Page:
The exhibition, entitled From the Road Again, presents work from photographers Rob Carter, Harry Cory Wright, Gerry Fox, Rick Giles, Jonathan Glynn-Smith, Jane Hilton, Dede Johnston, Peter Newman and David Yarrow.
Showing at London’s Eleven Gallery form this week, the images are each imbued with their own individual sense of place, looking to capture the feeling that each of their settings can inspire in the viewer.
‘[The photographers’] personal and evocative relationship with the space around them is articulated, revealing atmospheres from wonderment or adventure to solitude and isolation’, says the gallery.
Some of the images directly capture a specific location, such as the beautiful photograph of St Mary’s Axe in the City of London, by Peter Newman, at the top of the story. The picture is from his Metropoly series, which looks upwards at the area, creating a sense of awe at the architecture that forms London’s impressive, imposing city skyline.
Others delight in the elements that make an environment what it is, or those that inhabit it, like this glorious Grumpy Monkey photograph, by David Yarrow:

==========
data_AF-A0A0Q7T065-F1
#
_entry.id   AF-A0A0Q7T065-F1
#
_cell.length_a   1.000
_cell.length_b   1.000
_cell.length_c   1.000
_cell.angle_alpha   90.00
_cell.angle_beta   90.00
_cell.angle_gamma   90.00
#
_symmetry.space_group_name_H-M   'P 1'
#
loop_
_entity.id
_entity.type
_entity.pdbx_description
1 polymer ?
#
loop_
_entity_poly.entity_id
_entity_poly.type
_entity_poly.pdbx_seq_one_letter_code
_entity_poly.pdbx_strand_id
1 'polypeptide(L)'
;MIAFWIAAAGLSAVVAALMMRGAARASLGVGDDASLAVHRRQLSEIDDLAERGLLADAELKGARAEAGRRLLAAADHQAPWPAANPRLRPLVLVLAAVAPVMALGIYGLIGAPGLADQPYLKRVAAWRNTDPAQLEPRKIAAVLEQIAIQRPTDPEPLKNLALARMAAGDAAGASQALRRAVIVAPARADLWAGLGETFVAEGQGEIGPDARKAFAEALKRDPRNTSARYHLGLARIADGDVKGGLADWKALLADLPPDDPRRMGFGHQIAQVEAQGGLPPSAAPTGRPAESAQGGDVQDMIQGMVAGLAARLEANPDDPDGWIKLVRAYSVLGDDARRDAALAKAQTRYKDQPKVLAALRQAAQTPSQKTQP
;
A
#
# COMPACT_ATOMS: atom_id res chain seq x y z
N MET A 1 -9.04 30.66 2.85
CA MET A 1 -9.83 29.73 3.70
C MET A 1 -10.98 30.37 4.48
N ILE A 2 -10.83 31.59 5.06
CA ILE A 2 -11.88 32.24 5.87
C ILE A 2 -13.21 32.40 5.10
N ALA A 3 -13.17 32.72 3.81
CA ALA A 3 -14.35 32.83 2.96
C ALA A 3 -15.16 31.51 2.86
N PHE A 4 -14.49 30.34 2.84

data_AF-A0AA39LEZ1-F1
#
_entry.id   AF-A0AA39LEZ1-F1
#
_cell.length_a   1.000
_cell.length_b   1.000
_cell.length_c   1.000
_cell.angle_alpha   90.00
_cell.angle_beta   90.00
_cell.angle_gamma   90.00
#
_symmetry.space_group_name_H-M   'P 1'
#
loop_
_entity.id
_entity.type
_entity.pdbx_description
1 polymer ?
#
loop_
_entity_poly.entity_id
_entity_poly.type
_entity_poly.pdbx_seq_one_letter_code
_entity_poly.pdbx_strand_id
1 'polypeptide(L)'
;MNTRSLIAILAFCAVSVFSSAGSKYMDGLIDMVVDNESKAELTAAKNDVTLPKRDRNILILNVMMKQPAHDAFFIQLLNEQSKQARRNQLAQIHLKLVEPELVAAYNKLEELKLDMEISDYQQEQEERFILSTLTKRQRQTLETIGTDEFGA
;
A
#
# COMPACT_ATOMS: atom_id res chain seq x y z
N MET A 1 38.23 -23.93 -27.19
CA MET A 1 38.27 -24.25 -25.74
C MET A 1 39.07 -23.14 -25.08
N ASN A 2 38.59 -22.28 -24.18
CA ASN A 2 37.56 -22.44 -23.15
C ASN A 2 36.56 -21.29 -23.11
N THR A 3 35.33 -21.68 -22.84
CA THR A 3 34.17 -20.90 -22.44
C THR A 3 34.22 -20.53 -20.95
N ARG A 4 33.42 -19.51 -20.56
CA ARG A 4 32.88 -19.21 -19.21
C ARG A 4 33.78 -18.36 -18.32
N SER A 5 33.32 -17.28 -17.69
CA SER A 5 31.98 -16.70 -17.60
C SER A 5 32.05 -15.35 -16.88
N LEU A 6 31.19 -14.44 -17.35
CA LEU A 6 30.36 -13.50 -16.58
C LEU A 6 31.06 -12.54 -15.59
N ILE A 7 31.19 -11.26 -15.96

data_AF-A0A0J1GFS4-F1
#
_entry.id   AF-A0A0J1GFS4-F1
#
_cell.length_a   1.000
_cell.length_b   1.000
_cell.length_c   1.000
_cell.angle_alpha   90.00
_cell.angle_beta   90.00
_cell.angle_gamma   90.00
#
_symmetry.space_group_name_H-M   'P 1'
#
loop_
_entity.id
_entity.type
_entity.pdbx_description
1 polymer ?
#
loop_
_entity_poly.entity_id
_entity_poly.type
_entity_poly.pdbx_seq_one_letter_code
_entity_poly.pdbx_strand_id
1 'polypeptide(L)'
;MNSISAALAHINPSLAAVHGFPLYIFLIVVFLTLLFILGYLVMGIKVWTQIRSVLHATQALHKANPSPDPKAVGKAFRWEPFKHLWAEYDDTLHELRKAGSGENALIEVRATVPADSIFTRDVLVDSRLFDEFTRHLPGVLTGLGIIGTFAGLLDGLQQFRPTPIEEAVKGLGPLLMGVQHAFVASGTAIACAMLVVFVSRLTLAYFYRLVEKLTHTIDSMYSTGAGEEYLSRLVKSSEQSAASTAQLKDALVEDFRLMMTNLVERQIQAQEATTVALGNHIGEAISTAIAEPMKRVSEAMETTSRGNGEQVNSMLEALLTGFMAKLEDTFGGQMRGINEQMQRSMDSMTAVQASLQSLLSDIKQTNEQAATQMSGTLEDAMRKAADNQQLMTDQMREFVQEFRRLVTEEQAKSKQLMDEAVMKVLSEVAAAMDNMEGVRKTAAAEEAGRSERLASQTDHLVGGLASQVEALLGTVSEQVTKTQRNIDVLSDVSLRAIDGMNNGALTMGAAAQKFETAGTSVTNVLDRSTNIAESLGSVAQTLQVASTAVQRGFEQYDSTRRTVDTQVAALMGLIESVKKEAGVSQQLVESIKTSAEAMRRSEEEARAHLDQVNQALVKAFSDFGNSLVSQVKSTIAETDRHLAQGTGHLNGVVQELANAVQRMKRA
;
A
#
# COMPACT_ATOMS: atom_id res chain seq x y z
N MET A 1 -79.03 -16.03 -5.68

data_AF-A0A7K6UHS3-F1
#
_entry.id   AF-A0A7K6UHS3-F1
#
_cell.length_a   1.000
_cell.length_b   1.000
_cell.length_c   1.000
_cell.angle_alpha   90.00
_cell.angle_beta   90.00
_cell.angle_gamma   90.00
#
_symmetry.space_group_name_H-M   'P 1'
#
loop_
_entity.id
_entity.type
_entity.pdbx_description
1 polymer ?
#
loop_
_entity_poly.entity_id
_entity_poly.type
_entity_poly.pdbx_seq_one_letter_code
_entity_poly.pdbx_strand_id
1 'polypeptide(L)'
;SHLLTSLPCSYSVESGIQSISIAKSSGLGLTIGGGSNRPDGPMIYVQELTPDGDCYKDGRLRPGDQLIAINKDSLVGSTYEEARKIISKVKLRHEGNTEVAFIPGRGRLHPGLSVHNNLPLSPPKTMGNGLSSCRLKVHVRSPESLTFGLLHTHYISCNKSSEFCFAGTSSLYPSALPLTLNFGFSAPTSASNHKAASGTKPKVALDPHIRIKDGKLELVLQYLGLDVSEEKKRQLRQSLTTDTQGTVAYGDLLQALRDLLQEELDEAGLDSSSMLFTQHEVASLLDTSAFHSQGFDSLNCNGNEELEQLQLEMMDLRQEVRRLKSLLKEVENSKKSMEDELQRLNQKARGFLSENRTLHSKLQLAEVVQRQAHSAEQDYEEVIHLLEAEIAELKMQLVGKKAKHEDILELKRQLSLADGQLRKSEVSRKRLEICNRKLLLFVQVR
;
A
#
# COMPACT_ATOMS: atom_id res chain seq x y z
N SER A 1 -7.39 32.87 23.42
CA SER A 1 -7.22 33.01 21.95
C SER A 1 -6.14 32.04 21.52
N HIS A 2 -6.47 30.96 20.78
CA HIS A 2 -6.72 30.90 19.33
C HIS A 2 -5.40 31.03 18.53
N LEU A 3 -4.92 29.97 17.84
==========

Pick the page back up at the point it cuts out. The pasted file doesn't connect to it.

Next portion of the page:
Harry Cory Wright is no stranger to looking at specific locations for inspiration, and previously showed his work in a solo exhibition of photographs of a particular bend in a small river in Tilhill, Surrey.
There’s a more urban feel to the work of Rob Carter, whose images in his Travelling Still series are – in contrast to the title – full of movement. Carter uses a revolving lens camera, which he moves to repeatedly take the same image, resulting in long strands of light and colour:
Eleven gallery says, ‘This exhibition reflects the endless potential presented by a landscape to an artist. Here these possibilities are represented by a clear environmental awareness, expressed through a combination of the epic prospective as well as carefully observed minutia offered by a scene.’
From the Road Again runs from 11 April – 7 June at Eleven, 11 Eccleston Street, London SW1W 9LX